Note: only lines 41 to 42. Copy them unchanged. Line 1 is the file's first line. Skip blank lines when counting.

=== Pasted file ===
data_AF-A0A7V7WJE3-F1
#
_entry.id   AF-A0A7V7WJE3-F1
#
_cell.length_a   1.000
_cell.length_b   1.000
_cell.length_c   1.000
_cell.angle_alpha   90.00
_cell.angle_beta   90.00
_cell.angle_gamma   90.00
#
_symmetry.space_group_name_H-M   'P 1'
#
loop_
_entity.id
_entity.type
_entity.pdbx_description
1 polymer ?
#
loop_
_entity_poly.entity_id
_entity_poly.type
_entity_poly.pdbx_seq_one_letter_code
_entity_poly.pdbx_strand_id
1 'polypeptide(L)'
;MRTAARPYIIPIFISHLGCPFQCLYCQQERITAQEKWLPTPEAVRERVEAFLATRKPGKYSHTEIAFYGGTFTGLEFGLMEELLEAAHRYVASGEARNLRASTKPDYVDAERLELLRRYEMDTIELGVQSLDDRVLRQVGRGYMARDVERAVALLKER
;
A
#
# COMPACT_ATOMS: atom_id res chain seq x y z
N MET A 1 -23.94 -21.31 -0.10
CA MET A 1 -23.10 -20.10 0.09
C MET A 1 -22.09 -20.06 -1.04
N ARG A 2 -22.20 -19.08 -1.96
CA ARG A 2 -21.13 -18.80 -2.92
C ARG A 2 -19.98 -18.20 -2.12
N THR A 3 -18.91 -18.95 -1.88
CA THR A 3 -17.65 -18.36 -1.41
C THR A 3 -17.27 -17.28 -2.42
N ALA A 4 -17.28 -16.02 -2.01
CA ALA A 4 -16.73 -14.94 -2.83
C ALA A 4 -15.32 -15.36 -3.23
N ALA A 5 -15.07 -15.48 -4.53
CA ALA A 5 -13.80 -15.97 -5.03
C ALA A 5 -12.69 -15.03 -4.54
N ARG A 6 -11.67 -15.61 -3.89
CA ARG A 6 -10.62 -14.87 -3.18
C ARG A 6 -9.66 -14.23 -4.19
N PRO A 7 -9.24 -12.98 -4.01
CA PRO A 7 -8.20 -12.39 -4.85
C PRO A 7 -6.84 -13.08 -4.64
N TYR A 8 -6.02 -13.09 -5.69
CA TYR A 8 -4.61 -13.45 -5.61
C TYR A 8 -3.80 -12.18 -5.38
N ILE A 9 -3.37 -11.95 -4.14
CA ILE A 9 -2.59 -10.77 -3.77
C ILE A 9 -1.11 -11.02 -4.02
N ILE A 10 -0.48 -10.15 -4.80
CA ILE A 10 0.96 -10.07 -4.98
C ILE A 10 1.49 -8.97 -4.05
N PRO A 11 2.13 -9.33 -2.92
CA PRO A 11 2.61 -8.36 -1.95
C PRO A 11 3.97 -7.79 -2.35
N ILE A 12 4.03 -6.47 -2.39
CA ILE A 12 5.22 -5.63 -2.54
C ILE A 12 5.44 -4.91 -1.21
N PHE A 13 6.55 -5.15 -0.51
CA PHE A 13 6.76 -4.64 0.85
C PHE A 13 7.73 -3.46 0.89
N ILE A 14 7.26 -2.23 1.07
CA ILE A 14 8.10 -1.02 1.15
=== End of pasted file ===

CA ALA A 4 -16.73 -14.94 -2.83
C ALA A 4 -15.32 -15.36 -3.23